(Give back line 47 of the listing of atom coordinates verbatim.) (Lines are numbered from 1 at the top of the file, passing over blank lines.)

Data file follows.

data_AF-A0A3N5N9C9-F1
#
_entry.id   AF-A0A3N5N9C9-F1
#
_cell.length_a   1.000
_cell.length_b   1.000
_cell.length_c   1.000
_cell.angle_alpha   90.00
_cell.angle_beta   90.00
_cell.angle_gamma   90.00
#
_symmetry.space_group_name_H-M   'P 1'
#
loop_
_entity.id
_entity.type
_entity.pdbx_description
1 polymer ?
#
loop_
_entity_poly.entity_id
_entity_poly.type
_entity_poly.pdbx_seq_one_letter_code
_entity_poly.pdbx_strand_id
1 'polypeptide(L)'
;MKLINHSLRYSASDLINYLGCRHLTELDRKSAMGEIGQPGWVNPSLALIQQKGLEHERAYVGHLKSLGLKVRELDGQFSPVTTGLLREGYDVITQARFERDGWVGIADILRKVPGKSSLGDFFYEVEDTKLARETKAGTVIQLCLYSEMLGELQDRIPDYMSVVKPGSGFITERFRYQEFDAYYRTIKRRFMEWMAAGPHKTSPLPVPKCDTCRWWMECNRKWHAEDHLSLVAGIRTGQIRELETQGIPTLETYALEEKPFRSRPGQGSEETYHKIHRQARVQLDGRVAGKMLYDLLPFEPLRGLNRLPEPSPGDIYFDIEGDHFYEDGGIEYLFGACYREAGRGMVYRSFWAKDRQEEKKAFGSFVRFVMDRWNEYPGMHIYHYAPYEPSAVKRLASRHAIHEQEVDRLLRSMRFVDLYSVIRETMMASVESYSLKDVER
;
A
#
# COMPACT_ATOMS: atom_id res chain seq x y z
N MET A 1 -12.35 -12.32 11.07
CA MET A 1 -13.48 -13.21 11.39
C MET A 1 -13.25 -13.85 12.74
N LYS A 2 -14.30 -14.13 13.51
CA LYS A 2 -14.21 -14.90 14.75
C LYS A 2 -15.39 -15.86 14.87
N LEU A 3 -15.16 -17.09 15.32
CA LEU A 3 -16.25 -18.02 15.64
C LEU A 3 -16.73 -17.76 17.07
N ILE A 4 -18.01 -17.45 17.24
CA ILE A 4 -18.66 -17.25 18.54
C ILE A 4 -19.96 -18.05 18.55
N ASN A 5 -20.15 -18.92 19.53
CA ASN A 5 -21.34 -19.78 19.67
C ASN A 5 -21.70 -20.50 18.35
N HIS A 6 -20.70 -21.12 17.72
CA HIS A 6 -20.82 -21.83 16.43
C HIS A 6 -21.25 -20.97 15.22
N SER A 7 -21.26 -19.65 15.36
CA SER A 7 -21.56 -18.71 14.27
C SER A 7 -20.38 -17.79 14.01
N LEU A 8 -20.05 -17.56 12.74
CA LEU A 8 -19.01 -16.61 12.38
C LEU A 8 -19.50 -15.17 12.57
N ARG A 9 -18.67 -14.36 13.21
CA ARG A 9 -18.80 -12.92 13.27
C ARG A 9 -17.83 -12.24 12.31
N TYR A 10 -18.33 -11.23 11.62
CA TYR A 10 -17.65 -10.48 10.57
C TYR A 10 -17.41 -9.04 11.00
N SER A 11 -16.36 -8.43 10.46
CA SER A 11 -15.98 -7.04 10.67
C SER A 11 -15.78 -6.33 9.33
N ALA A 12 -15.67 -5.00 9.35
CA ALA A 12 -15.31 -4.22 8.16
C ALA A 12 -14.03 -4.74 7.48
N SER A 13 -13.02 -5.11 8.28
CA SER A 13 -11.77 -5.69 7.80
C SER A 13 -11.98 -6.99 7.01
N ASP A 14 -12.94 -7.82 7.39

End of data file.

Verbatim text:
CA HIS A 6 -20.82 -21.83 16.43